A patrol from the joint United Nations-African Union mission in Darfur (UNAMID), dispatched to Camp Hassa Hissa in West Darfur on receiving reports of the attack yesterday, confirmed that the sheikh had been killed but found the camp to be calm.It was the second violent incident in an IDP camp this month. On 1 December two Janjaweed militiamen, usually allied with Government forces, armed with a rifle quarrelled with IDPs at Hissa Hissa camp in South Darfur. One of the militiamen was severely beaten and later died and an IDP suffered a minor injury. The other militiaman was arrested and taken into custody by Sudanese police.The following day a dozen armed men set ablaze a water pump and five generators supplying energy to Hissa Hissa, lightly injuring one IDP. Then, too, UNAMID sent an armed team to calm down the tensions between the camp residents and the militiamen.A day later, two gunmen equipped with AK-47 assault rifles and a hand grenade stopped a humanitarian convoy, beat up aid workers and stole money as it was on its way from Nyala, the South Darfur capital, to Kalma IDP camp. Meanwhile, in North Darfur, UNAMID Deputy Police Commissioner for Operations Adeyemi Ogunjemilusi paid a one-day official visit to Kabkabiya as part of his familiarization tour of the mission’s area of operations. 11 December 2008Unidentified gunmen have shot dead the traditional leader of a camp for internally displaced persons (IDPs) in Sudan’s war-ravaged Darfur region, the latest in a series of attacks on the 2.7 million people uprooted by over five years of fighting between the Government and rebels, the United Nations reported today.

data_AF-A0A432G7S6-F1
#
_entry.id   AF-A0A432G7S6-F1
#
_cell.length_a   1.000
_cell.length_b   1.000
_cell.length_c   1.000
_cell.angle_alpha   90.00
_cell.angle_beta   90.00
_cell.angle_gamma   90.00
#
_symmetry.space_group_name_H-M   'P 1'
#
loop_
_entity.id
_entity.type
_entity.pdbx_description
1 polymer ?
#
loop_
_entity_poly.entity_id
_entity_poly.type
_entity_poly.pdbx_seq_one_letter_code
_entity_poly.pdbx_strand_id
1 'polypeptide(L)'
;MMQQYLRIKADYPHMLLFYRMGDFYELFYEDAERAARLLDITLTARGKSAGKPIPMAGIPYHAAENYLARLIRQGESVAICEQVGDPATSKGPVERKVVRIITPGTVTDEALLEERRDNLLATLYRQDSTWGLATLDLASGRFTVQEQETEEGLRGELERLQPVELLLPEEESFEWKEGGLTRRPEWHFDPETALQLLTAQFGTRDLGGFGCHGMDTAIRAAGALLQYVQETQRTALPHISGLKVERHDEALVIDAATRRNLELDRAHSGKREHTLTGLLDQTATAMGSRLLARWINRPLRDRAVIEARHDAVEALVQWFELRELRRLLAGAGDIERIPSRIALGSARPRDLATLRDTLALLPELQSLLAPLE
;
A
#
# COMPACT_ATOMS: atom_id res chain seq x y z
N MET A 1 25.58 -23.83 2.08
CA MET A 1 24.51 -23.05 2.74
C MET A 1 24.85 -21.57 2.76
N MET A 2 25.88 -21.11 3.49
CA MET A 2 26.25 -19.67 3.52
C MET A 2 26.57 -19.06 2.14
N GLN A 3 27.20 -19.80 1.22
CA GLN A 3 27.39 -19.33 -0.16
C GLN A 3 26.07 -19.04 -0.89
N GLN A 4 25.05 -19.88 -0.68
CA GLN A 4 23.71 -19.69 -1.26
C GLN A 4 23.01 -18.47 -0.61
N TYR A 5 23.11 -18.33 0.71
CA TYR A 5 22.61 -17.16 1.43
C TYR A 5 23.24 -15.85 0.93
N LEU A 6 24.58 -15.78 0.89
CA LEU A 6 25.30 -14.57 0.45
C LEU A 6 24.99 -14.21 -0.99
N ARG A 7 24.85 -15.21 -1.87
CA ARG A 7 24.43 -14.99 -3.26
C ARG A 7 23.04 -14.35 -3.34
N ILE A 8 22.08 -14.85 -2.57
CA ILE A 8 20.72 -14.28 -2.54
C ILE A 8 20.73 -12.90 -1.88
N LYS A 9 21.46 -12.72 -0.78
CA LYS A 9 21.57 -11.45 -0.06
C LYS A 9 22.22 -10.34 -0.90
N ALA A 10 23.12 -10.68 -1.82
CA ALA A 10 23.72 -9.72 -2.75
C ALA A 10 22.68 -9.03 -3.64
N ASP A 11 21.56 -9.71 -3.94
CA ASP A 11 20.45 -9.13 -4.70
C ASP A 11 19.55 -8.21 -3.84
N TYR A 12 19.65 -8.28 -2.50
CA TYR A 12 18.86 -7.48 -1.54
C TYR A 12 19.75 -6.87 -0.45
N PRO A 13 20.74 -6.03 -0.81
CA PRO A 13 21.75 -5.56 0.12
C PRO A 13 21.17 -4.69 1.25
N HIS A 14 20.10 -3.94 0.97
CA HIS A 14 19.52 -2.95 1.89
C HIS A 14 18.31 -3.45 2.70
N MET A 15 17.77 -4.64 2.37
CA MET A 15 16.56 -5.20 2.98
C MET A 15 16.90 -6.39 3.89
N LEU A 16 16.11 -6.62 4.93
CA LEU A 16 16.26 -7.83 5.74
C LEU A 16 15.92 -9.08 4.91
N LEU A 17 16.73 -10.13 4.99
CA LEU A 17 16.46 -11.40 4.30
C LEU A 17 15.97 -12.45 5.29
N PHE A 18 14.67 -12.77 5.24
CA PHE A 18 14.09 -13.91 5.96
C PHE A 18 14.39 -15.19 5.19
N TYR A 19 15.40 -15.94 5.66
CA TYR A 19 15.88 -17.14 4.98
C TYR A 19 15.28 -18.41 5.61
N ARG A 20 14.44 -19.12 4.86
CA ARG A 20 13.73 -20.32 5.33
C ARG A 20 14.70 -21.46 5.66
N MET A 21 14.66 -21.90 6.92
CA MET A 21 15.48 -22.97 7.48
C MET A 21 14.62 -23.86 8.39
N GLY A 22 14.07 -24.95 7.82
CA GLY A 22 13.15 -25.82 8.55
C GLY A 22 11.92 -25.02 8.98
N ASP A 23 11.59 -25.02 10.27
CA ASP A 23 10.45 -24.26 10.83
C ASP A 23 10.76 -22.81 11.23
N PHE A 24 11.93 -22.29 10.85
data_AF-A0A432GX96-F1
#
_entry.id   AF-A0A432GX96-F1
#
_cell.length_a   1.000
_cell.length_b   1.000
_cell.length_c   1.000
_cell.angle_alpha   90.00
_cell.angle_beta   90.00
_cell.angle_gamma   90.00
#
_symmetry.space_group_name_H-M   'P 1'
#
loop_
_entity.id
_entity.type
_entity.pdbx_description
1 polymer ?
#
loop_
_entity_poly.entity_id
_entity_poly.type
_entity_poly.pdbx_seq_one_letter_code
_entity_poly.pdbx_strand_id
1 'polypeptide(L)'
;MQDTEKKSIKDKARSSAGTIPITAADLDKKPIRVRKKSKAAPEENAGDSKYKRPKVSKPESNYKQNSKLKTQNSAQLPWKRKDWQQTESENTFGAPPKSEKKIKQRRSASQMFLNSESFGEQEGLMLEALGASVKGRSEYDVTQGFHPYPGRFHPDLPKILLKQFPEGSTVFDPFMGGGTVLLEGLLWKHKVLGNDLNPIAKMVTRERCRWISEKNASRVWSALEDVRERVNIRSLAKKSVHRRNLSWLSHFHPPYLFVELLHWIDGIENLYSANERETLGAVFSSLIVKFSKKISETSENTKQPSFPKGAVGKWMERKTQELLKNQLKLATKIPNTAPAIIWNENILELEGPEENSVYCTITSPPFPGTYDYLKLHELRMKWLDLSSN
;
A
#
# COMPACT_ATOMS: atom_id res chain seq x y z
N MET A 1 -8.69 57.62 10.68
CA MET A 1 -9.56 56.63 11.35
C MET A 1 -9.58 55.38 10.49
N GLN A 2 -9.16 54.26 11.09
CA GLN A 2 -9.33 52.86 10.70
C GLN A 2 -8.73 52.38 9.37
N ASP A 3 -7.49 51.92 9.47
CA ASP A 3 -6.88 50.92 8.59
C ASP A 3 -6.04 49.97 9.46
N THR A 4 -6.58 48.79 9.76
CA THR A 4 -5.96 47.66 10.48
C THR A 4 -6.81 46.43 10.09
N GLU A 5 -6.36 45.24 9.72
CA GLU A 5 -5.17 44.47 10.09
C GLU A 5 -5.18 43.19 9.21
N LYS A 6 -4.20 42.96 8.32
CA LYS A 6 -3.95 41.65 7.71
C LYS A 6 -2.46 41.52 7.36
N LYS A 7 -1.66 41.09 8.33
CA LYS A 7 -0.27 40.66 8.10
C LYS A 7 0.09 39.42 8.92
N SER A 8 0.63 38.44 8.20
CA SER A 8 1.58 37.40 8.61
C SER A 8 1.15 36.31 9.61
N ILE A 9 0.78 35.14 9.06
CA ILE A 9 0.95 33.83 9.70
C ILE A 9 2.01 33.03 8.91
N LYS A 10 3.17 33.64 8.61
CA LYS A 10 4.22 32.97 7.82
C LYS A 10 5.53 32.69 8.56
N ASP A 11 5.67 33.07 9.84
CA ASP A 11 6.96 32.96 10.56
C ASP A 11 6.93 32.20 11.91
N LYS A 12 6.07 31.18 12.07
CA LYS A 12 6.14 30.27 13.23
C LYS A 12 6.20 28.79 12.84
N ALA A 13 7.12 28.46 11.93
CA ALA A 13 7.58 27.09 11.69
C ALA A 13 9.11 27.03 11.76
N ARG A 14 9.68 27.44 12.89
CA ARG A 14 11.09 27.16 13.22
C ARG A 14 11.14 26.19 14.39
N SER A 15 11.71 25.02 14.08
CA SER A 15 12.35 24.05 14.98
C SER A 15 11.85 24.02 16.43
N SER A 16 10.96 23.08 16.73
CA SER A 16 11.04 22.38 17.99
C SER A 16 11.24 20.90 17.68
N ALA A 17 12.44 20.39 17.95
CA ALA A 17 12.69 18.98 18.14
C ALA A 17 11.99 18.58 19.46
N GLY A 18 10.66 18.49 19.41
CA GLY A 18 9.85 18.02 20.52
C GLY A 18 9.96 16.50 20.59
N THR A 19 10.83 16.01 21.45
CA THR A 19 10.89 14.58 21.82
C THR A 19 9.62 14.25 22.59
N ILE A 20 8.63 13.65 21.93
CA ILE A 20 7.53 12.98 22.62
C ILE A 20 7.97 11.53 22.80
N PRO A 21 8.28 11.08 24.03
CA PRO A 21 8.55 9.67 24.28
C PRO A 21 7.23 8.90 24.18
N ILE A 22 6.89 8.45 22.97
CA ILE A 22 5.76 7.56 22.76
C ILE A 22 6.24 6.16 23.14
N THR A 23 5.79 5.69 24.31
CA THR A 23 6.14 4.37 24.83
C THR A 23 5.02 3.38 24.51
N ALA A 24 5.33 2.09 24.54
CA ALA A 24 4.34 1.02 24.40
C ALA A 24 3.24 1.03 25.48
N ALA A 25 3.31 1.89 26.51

In a presidential statement read out in a formal meeting by Brian Cowan, the Foreign Minister of Ireland, which holds the presidency of the 15-member body for the month of October, the Council agreed with Mr. Annan’s assessment that the UN should remain engaged in East Timor to protect the major achievements so far of the UN Transitional Administration in East Timor (UNTAET), to build on those accomplishments and to help the East Timorese government in ensuring security and stability.The Council concurred that a new UN mission should be based on the premise that operational responsibilities should be gradually handed over to East Timorese authorities as soon as it was feasible, and supported a continuing process of assessment and downsizing of the UN presence over a period of two years.The Council also backed the recommendation by East Timor’s Constituent Assembly that independence be declared on 20 May 2002. Before the Council began its discussion, it held a private teleconference this morning with UN Secretary-General Kofi Annan, who is in Geneva, on the situation in East Timor as well as his proposals for a mission to succeed UNTAET.At the outset of the open debate, UNTAET chief Sergio Vieira de Mello briefed the Council on the Secretary-General’s plan for a UN presence in East Timor post-independence, pointing out that the proposed date was exactly 200 days away. The successor mission to UNTAET, Mr. Vieira de Mello said, would focus on the security of the new nation. Upon independence, internal security would continue to be the primary responsibility of the international civilian police, with increasing involvement from the national police service. Meanwhile, the military component should number some 5,000 personnel, down 44 per cent from current strength, in order to ensure effective border security pending the development of East Timor’s own defence force.Mr. Vieira de Mello also warned that as Timorese took greater control over their governance, any precipitous reduction in government services should be avoided, and a minimum degree of support was needed to ensure that the new government did not falter. Despite progress toward independence, he stressed, the “job we have all set out to do is not yet done.”Today’s meeting also featured the Chief Minister of the Second Transitional Government of East Timor, Mari Alkatiri, and officials from the World Bank and UN Development Programme (UNDP). Speakers from more than 50 delegations took the floor during the discussion to express their support for UNTAET and the UN’s efforts in East Timor.